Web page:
Methanol To Olefins
Olefin processes

Process Description

The Methanol to Hydrocarbons Process was discovered at Mobil Oil in 1977. This Process is used to convert Methanol to Products such as Olefins and Gasoline. The Methanol can first be obtained from Coal or Natural Gas. In the Methanol to Olefins (MTO) Process, the Methanol is then converted to Olefins such as Ethylene and Propylene. Critical to the successful application of the MTO Process are Acidic Zeolite Catalysts. Without these Catalysts, the Chemical Reactions involved in the MTO Process would be too slow for the Process to be economically feasible. The Conversion of Methanol to Olefins on Acidic Zeolites takes place through a Complex Network of Chemical Reactions. The distribution of Products and thus the “selectivity” depends on the temperature, among other factors. Selectivity is a measure of the amount of one Product produced relative to others when the possibility to form multiple Products exists. Selectivity depends on temperature through the Arrhenius law for the different rate constants. In general, at lower temperatures Methanol reacts to form Dimethyl Ether (DME). At higher temperatures, the desired Products (Olefins) are produced and the selectivity for DME decreases.[1]

Synthesis Design

The attached picture shows a simplified Block Diagram for a stand-alone MTO Process. The Fluidised-Bed Reactor/Regenerator System converts Feed Methanol into a Mixture of Olefins, which is then fractionated to yield Polymer-Grade Light Olefins as major Products. The Feed Methanol is first compressed to 3 bar, preheated and vaporised in Heat Exchange with Reactor Effluent and then mixed with Recycled Methanol from the Downstream Process. The Methanol Stream is mixed with Steam to increase Olefin selectivity and decrease Catalyst Deactivation in the Reactor. The combined Stream of Methanol and Water is superheated to 310°C and fed (1) to a fast fluidised MTO Reactor operating at 400-450°C and 3 bar. In the presence of a proprietary MTO-100 Catalyst a nearly complete (99.8 %) Conversion of Methanol is achieved with ~80% Carbon selectivity to Ethylene and Propylene. Coke will gradually build-up on the Catalyst Surface and to maintain activity, a portion of the Catalyst is continuously sent to a Combustor (operating at 600°C) where the Coke is burned off with Air before returning the regenerated Catalyst to the MTO Reactor. The Mass ratio between Ethylene and Propylene in the Effluent can be varied from 0.75 to 1.5 by adjusting the operating severity. Higher temperature will lead to more Ethylene being produced, although the highest overall yield to Light Olefins (Ethylene plus Propylene) is achieved with about equal amounts of both.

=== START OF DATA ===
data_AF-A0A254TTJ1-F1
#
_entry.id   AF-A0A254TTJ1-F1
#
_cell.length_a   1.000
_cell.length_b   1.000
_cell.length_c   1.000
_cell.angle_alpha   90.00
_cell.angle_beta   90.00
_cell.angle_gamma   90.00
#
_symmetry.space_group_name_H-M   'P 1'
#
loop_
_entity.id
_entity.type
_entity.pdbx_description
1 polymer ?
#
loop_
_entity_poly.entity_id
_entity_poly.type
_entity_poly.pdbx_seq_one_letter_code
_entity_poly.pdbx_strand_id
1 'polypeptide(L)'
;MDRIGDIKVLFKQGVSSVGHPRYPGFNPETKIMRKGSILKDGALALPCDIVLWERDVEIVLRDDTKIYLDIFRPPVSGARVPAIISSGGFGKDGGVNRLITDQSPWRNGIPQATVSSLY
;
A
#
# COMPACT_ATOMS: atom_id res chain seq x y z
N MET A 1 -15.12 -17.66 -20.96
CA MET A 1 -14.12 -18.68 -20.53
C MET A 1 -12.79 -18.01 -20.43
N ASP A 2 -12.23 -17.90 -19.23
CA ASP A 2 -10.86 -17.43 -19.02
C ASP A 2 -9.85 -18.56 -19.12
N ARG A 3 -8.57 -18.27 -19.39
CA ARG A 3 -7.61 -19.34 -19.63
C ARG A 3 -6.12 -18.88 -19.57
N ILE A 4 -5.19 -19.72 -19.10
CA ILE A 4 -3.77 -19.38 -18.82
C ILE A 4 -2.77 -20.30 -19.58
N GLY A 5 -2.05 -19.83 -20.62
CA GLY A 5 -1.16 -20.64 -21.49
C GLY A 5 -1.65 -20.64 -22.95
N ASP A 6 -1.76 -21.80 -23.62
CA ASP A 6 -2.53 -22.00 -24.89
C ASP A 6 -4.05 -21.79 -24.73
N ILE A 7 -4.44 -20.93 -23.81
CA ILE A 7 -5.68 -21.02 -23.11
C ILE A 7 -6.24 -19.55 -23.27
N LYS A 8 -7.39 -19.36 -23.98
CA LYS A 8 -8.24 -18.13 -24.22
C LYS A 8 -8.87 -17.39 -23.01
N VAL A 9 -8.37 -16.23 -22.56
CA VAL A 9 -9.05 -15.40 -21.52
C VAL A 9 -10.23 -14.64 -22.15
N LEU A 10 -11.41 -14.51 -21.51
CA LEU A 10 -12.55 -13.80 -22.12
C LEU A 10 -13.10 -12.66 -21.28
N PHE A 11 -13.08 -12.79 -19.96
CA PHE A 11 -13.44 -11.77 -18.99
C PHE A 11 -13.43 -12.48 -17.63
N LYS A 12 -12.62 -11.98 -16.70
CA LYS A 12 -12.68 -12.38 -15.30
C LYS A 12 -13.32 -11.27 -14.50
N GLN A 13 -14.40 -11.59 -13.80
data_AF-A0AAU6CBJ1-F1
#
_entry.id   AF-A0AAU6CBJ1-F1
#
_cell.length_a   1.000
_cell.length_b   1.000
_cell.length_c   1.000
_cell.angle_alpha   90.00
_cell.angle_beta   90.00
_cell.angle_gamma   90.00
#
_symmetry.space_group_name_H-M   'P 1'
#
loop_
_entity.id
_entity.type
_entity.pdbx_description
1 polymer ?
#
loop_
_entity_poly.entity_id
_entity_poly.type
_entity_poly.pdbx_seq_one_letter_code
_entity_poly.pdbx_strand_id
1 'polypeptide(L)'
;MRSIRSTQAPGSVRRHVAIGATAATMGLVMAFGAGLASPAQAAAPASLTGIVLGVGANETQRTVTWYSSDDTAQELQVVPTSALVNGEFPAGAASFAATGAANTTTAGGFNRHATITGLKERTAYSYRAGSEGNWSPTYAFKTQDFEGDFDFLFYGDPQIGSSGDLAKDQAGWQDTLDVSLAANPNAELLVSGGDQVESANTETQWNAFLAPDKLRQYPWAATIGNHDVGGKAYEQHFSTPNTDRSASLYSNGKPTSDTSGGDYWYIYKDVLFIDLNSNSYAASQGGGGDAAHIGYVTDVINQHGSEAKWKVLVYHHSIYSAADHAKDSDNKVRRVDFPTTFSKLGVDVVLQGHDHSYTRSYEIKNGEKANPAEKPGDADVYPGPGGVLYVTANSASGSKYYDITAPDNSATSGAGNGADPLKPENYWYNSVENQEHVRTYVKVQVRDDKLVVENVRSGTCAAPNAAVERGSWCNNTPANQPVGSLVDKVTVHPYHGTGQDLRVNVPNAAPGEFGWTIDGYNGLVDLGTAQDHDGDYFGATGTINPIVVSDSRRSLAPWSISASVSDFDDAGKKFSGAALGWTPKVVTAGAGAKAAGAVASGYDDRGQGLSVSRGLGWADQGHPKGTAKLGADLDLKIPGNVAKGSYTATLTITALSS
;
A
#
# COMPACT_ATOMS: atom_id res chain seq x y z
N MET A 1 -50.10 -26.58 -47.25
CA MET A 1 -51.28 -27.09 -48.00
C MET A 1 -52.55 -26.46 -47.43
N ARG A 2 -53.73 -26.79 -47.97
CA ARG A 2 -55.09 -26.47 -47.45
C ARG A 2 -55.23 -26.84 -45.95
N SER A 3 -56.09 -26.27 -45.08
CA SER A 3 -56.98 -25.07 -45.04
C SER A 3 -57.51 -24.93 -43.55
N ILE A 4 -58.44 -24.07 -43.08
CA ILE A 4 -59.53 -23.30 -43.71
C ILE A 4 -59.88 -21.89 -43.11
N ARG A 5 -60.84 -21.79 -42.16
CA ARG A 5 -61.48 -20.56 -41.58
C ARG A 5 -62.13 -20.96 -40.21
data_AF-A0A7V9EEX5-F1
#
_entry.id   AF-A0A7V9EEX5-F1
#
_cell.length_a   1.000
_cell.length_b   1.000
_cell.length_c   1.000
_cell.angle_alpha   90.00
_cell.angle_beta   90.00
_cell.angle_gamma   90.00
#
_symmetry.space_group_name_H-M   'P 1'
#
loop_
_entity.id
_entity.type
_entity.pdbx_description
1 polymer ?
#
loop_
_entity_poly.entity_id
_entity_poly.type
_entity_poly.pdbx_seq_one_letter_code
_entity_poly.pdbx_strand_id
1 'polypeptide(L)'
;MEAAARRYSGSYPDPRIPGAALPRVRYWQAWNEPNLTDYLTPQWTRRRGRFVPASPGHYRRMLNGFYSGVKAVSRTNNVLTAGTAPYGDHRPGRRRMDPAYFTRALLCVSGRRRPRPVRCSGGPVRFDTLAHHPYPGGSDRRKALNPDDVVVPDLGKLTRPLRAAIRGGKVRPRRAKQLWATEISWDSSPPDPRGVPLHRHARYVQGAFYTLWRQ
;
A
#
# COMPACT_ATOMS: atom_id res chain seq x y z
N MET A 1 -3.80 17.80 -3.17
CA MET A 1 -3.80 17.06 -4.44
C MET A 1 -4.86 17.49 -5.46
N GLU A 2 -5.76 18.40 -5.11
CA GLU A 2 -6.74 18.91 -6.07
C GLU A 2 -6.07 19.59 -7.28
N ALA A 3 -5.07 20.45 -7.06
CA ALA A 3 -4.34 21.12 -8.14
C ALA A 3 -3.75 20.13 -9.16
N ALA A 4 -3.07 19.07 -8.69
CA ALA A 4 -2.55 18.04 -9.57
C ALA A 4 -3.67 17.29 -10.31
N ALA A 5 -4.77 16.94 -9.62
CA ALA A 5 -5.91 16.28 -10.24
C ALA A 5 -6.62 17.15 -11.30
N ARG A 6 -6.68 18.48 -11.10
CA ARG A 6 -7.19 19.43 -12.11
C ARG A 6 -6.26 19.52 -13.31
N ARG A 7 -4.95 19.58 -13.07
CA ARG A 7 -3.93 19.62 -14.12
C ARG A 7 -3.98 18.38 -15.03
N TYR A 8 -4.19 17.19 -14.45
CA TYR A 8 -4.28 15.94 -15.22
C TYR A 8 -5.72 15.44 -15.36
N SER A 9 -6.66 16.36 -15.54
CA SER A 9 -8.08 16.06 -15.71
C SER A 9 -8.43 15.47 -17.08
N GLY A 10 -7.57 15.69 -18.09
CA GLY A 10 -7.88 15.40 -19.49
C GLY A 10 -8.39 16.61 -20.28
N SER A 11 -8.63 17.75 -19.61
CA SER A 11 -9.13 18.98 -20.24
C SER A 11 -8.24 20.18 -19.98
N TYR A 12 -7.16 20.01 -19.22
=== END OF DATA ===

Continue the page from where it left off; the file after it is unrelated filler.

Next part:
Product Recovery and Fractionation